January 24, 2014

She looks like a good engineer

A while back I was hiring for a junior spot on my team at a largish company. I had been at it for over two months. There had been lots of recruiters, tons of resumes, many phone screens, a lot of failed code challenges and a few in person interviews. By the time they reached the end of my funnel I had 3 basic types of candidates in the following ratio.

  • 45% OK
  • 45% Good
  • 10% Great

I find graphs help get the point across.

I found a candidate, a young woman, who fell squarely in the "great" category. I had only found 2 other great candidates so far and wasn't able to bring them on board for various reasons so I was really excited. She flew through multiple rounds of interviews, got along with the team, and had wonderful things said about her from her references.

However, once it got out that I was hiring a woman I only got one question repeatedly from my coworkers. "How does she look?" Over and over I got this question. "Is she cute?" The technology department was 98% men, and most of them were really nice supportive people who I highly respected. These were people who you'd be lucky to work with in any company. Yet they were really rude about this. What about the workspace culture made this ok? And what was I getting her into?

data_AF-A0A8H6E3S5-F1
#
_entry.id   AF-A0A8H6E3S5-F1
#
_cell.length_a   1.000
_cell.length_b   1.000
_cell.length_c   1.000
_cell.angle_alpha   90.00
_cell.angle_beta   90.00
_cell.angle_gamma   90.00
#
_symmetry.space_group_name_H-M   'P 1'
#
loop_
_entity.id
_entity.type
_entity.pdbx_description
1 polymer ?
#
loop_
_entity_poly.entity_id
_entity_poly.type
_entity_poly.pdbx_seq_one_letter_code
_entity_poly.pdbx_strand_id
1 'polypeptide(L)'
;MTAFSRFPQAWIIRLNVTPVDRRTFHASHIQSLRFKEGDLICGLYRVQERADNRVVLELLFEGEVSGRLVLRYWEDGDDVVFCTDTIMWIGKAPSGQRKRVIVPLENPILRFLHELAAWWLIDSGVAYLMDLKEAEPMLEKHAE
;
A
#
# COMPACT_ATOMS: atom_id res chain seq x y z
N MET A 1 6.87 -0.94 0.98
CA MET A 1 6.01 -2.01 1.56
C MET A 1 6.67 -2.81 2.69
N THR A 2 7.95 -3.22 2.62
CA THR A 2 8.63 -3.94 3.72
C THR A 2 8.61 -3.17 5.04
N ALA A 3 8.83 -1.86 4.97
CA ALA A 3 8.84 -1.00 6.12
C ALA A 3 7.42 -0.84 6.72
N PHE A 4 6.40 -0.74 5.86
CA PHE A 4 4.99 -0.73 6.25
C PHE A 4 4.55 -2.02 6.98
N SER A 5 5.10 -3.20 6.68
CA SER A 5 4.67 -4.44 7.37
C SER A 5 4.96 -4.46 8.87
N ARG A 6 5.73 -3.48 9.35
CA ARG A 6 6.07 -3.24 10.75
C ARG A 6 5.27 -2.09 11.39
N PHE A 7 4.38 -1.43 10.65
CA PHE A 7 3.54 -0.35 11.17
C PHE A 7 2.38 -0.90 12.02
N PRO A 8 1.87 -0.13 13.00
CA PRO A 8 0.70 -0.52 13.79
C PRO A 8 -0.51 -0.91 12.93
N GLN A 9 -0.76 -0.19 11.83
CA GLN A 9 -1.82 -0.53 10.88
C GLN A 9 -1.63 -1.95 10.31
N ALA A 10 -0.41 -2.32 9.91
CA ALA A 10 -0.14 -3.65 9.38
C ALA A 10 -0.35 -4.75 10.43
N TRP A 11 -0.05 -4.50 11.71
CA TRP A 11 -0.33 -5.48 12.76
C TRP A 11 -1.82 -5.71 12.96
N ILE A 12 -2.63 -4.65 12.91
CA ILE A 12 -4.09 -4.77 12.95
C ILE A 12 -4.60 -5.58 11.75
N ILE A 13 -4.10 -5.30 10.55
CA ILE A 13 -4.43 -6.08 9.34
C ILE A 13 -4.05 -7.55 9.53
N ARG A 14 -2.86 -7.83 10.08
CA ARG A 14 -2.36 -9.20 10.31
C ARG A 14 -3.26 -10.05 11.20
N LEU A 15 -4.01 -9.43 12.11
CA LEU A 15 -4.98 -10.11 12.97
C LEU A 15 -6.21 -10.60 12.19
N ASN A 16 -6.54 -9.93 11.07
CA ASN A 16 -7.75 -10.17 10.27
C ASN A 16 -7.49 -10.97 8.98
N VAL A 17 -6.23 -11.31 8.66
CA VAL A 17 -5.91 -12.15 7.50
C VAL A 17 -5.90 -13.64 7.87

I feel like a lot of the following should go without saying, but if that was true I wouldn't have a story. I needed one thing from the people that work for me, the ability to do their job. Concentrating on how my team looks instead of how they work undermines their ability to do their job. When you prevent my people from doing their job I get upset.

I'll go a step further and say it's hostile. Having people constantly hitting on you puts you in a defensive position. A workplace need to be a safe place for people to learn and grow as they work. There are places you can go if you're looking for that kind of interaction after hours. We have a choice to go to bars to meet people and have relationships but we choose to go to work for different reasons.

I decided I had to nip it in the bud. "She looks like a good engineer." That's all I would say, and she did look like a good engineer. I'd talk about her credentials, background and experience. That's what mattered. That's what people needed to pay attention to when she was working with them. I got people to back off a little, and agree it isn't fair to start with asking about her looks. But nobody liked my answer.

The offer fell through for other reasons and eventually I hired the 4th great candidate by sidestepping the entire processes. I wish I could say I changed things but I doubt I had much of an effect.


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